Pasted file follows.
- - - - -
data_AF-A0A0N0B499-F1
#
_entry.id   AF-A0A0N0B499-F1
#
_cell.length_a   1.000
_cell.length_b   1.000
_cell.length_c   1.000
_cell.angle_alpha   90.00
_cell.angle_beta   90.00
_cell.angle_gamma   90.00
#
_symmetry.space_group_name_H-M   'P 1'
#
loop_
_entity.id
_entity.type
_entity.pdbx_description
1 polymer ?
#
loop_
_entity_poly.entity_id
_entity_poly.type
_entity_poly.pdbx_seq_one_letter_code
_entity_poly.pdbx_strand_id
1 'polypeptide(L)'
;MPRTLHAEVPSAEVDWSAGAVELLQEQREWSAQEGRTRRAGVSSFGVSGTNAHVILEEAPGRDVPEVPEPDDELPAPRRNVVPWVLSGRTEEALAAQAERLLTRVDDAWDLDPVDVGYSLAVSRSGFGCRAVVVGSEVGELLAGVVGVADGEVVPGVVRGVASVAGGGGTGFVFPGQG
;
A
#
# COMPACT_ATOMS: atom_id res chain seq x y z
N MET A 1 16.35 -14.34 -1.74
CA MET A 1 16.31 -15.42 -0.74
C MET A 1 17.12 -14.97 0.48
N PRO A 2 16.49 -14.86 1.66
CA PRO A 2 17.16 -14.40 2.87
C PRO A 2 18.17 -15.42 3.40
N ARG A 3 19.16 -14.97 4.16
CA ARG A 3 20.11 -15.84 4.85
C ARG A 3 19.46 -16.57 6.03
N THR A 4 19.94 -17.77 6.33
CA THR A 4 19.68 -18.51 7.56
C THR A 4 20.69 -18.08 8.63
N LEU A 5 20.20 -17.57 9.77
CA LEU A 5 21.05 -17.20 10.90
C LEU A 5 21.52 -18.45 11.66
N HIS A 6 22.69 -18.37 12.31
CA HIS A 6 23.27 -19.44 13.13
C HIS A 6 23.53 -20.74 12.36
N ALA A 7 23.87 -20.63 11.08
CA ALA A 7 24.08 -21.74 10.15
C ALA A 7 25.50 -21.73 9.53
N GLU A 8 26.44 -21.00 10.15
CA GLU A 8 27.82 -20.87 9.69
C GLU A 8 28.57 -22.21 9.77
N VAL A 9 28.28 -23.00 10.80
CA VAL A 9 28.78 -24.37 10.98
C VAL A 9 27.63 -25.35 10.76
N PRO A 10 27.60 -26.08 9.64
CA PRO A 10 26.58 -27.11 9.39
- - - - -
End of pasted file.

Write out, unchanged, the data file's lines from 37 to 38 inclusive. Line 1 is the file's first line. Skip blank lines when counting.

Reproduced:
N ARG A 3 19.16 -14.97 4.16
CA ARG A 3 20.11 -15.84 4.85